Consequently, they sought to explore the potential impact of fluoridated water on bone in young people who consume it in a prospective cohort study. The researchers from the colleges of Dentistry, Public Health, Pediatrics, Health and Physiology, Liberal Arts, and the Institute for Clinical and Translational Sciences at the University of Iowa in Iowa City ultimately found that typical amounts of fluoridation had no effect on bone mineral measurements of adolescents living in areas with fluoridated water.
Interestingly, the nearby city of Des Moines recently decided to continue its 54-year practice of water fluoridation, and the city water department received more than 650 comments from customers on the matter.
The results of the study, which included a group of 15-year-old children who grew up drinking fluoridated water, "showed that the proportions of variance in mineral content or density of lumbar spine, proximal femur, and whole-body skeleton (without head) explained by lifelong fluoride intake were very small (consistently ≤ 3%) at the daily intake range considered in this investigation," the researchers explained.
Conflicted conclusions have surfaced in previous studies exploring the link between bone and fluoridated water consumption in adults and seniors. But few studies have considered the effect of fluoride in levels found in U.S. drinking water on the bones of children. More importantly, previous research has found that fluoride is capable of accumulating more quickly in the bone structure of children than adults.
"It is plausible that fluoride's effects on developing bone could be significant," the researchers explained. "Thus, it is essential that the relationship between fluoride intake and bone development in children be thoroughly investigated."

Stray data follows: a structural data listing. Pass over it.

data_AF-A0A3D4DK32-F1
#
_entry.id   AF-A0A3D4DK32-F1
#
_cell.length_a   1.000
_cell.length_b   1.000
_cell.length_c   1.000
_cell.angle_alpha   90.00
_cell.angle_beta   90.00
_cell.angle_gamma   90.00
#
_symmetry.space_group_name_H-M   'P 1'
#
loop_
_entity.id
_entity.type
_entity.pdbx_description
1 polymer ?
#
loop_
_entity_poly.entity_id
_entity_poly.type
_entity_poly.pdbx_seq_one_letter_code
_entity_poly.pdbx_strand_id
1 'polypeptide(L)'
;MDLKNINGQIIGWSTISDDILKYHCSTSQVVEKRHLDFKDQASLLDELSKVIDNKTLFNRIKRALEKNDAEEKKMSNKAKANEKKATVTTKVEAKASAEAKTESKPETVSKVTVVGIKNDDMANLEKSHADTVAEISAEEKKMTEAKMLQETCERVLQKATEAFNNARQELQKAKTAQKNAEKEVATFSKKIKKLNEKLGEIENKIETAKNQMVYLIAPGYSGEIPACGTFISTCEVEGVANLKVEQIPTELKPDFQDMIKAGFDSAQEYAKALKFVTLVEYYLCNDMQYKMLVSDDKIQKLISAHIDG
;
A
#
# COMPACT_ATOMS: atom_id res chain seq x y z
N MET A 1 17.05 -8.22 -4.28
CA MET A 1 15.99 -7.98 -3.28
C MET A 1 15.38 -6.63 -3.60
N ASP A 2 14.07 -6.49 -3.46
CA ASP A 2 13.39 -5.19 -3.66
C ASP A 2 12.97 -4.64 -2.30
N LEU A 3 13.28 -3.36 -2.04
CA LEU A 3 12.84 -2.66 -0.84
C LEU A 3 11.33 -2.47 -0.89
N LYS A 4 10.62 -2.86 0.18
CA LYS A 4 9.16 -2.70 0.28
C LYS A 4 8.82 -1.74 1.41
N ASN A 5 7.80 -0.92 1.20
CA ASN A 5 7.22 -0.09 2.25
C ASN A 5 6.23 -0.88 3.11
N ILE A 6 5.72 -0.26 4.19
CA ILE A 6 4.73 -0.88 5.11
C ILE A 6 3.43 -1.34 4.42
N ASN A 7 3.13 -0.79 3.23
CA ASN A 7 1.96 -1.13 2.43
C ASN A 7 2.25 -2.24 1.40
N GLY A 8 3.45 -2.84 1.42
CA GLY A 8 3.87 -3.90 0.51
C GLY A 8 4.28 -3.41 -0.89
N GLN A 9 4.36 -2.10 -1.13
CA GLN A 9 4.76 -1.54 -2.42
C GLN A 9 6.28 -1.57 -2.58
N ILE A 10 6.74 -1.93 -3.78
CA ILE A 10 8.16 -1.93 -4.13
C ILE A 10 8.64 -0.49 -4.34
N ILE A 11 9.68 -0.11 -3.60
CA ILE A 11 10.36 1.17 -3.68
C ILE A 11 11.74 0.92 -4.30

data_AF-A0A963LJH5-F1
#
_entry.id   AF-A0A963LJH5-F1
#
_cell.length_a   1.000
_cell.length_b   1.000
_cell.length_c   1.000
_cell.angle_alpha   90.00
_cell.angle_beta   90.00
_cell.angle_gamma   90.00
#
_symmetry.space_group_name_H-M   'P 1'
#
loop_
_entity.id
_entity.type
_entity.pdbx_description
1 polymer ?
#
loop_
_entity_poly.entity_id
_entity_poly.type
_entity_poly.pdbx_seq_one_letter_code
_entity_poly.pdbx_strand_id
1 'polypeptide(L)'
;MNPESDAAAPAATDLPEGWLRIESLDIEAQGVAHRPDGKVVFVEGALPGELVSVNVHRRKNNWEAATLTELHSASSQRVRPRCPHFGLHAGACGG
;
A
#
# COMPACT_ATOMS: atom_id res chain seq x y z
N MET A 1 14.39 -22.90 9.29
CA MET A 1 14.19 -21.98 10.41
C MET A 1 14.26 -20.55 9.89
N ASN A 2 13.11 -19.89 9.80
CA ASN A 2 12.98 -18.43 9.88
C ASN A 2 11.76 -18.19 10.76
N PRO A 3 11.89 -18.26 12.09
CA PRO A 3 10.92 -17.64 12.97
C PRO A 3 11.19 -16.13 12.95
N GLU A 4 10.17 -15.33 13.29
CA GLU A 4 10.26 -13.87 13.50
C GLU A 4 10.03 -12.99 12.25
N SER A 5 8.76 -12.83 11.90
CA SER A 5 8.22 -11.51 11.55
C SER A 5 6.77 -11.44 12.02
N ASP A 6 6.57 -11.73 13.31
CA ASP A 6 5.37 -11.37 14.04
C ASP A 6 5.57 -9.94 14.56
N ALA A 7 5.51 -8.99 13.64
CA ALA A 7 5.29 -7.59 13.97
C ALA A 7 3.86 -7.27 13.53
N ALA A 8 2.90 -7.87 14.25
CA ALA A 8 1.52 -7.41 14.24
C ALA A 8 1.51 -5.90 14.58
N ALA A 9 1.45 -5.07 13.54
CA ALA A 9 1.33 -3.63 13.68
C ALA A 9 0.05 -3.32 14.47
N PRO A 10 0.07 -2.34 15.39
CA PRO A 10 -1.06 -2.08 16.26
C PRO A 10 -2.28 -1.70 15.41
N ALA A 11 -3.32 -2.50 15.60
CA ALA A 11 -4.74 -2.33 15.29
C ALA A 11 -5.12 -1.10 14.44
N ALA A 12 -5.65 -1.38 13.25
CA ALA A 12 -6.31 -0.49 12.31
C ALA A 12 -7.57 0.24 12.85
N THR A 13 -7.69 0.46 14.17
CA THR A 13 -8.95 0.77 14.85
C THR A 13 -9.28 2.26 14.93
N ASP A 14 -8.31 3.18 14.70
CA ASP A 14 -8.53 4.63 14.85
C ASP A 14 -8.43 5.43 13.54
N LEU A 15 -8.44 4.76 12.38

They sourced their data from the longitudinal Iowa Fluoride Study (IFS)/Iowa Bone Development Study (BDS), which included newborns from eight hospitals in the state from 1992 through 1995. There were 1,382 infants that stayed in the IFS study through their first six months of life. Roughly 800 still were still participating from 1998 through 2000, when 630 of them were included in the BDS study. These participants had received at least one bone densitometry assessment. Of them, 415 had a bone scan at age 15, while accelerometry data were available for 358 of them.
The dual-energy x-ray absorptiometry scans were performed with a densitometer on these participants, giving researchers an opportunity to assess several pieces of bone mineral content data for the entire body (except for the head), left proximal femur (hip), and anteroposterior lumbar spine, as well as bone mineral density for the left hip and anteroposterior lumbar spine. The researchers explained that they wanted to cover their bases in terms of observing the effect of fluoridated water on different types of bone at different sites. Participants were also asked if they had broken a bone within a year or so of the densitometry.
Next, the researchers estimated the participants' cumulative fluoride intake. This was done in part with a questionnaire answered by parents, which helped the researchers to estimate cumulative daily fluoride intake for three time points up to the child's first year, one time point every other year until age 11, one additional time point until age 15, and one close to the age of 15. The researchers also factored in height and weight, physical activity, and dietary intake of calcium.
Gender was stratified during the statistical analysis to account for different rates of growth and other studies that suggested differing effects of fluoride.
"With adjustments for height, weight, time since PHV [peak height velocity], and Tanner stage, none of the associations of daily fluoride intake from birth to age 15 years with bone densitometry outcomes was statistically significant," the researchers wrote.
They attributed a 2% or less variance to fluoride intake for both girls and boys, and allowed that certain nonsignificant associations were positive while others were negative.
But even during the rapid bone growth that takes place during puberty, the researchers determined that the relationship between bone outcome measures and fluoride intake was weak. It was insignificant after adjustment for other variables as well, they concluded.